The Greens under pressure

Louis Proyect lnp3 at
Sat Nov 8 10:08:20 MST 2003

The latest issue of the Nation Magazine has an article by Micah Sifry 
( that is meant to 
reinforce tendencies within the Green Party to act as an appendage of the 
Democratic Party, as a kind of tail on a kite. As author of "Spoiling for a 
Fight: Third-Party Politics in America", Sifry would appear to be an 
advocate of independent political action. However, in his view there is a 
time and a place for everything:

"I love Ralph and respect his legendary accomplishments and example, but 
another Nader run as a Green or independent without an explicit and binding 
agreement to concentrate on safe states would be a terrible mistake."

Sifry is in strong agreement with Green Party leaders such as John 
Resenbrenck, whose website ( urges a kind of 
backhanded support for the Democratic Party candidate for president, 
whoever he is:

the Green Party runs home grown Greens for President and Vice President 
in a vigorous campaign that includes, at the beginning, the stated 
intention to be ready to a) give their support to the Democratic ticket 
late in the campaign if the race between the R and D candidates is very 
close; or b) if the race between the D and the R candidates is very close, 
to concentrate only in states where the outcome between the D and the R 
candidates is not in doubt."

Not that I would accuse people like Resenbrenck of channeling the ghost of 
Earl Browder, but this formula is eerily evocative of the kind of maneuvers 
pulled by the CPUSA when FDR was president. They ran their own campaigns, 
but always with the message of "stopping fascism", in other words whoever 
was running against FDR.

I was more than a little bit dismayed to see MR editor Robert McChesney 
suckered into this line of thinking. In an email to Sifry, he writes: 
"Running a presidential candidate in 2004 for the Greens is probably a 
quantum leap off a cliff. It is the Greens' Jonestown."

 From my point of view, it seems that backing the Democrats for the past 70 
years or so has been much more of a poisoned kool-aid exercise but--what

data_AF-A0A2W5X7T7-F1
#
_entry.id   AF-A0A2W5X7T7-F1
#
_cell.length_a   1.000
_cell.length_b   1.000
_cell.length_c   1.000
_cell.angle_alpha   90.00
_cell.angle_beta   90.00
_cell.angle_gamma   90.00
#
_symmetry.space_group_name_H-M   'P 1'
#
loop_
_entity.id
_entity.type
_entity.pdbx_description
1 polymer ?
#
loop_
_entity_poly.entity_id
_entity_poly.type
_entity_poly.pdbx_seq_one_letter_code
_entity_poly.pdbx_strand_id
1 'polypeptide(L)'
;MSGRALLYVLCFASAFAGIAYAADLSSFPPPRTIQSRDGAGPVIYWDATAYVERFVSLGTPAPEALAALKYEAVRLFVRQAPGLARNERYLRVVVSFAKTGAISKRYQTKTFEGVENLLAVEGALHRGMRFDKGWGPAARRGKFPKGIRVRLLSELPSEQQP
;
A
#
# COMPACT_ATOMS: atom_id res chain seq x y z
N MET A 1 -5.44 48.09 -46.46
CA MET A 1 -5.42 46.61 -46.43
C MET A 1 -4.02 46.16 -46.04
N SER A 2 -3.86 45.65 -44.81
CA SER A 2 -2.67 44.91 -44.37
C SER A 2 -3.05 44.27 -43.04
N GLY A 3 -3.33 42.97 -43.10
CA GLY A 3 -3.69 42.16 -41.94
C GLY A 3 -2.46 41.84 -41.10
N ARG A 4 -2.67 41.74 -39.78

the hell--I still think people like Eugene V. Debs and Malcolm X had the 
last word on the two party system.

Not surprisingly, Sifry concurs with Green leader Medea Benjamin who "wants 
the Greens to be players in the presidential election, but only if the 
overarching goal is beating Bush." As most people know, she is a key figure 
in the UfPJ coalition that is wilting under pressure to elect a Democrat in 
2004, even if it is somebody like Howard Dean who says, "We have no choice. 
It's a matter of national security. If we leave and we don't get a 
democracy in Iraq, the result is very significant danger to the United States."

He also smiles on the looming candidacy of Texas Green Party leader David 
Cobb, who has stated that he will withdraw from the race if either Dennis 
Kucinich or Al Sharpton is the Democratic nominee. Since the likelihood of 
either of these two men being selected by the corporate bosses of the 
Democratic Party is below zero, Cobb's vow seems moot at best. More to the 
point, he--like Benjamin, McChesney and Resenbrenck--does not seem to grasp 
the fundamental question of class independence in electoral politics.

For radicals in the USA, the key challenge has been resisting the power of 
big capital in building the mass movements. In turn, the trade union 
movement, the woman's liberation movement, the black struggle and the 
ecology movement have all been derailed to one degree or another by support 
to the Democratic Party (and in rare instances, like Hoffa's Teamsters, for 
the Republicans). NOW, for example, did everything it could to get women 
off the streets and into the voting booth. They were rewarded for their 
efforts recently as key Democratic Party politicians, including Tom 
Daschle, voted for a "partial birth abortion" ban (a procedure that should 
really be called by the politically neutral and scientific term 
'dilation-and-extraction'). And with the exception of Robert Byrd, the 
Ernest Gruening of 2003, the Democrats seem prepared to give the President 
every penny that he is looking for to keep the occupation of Iraq going. 
And even more to get the job done.

Somebody should write a history of the Democratic Party one of these 
days--I might do it myself. "Lesser evil" illusions in this party cut to 
the very heart of class politics in the USA. As Peter Camejo said on the 
aftermath of his bid for governor in the recent recall election, the 
Democrats in the USA started the war in Vietnam and a Republican brought it 
to an end.

The Democratic Party has a completely undeserved reputation as a friend of 
the "little man" going back to Andrew Jackson's time. Arthur Schlesinger 
Jr. and other liberal historians portray the Jackson presidency as a kind 
of revolution in the name of workers and small farmers, while Marxists such 
as Harry Braverman (writing as Harry Frankel) identify it as the triumph of 
the southern plantocracy. (Jackson was a slave-owning plantation owner.)

With the exception of FDR, who was responding in Bonapartist fashion to the 
threat of socialist revolution when he enacted New Deal legislation, every 
Democratic Party politician has ruled openly in favor of big business. They 
also have been the quintessential party of overseas imperialist 
intervention. Most importantly in light of Dean's confederate flag gaffe, 
they were a party that relied on a southern segregationist wing until 
Nixon's "southern strategy" took shape.

Louis Proyect, Marxism mailing list:

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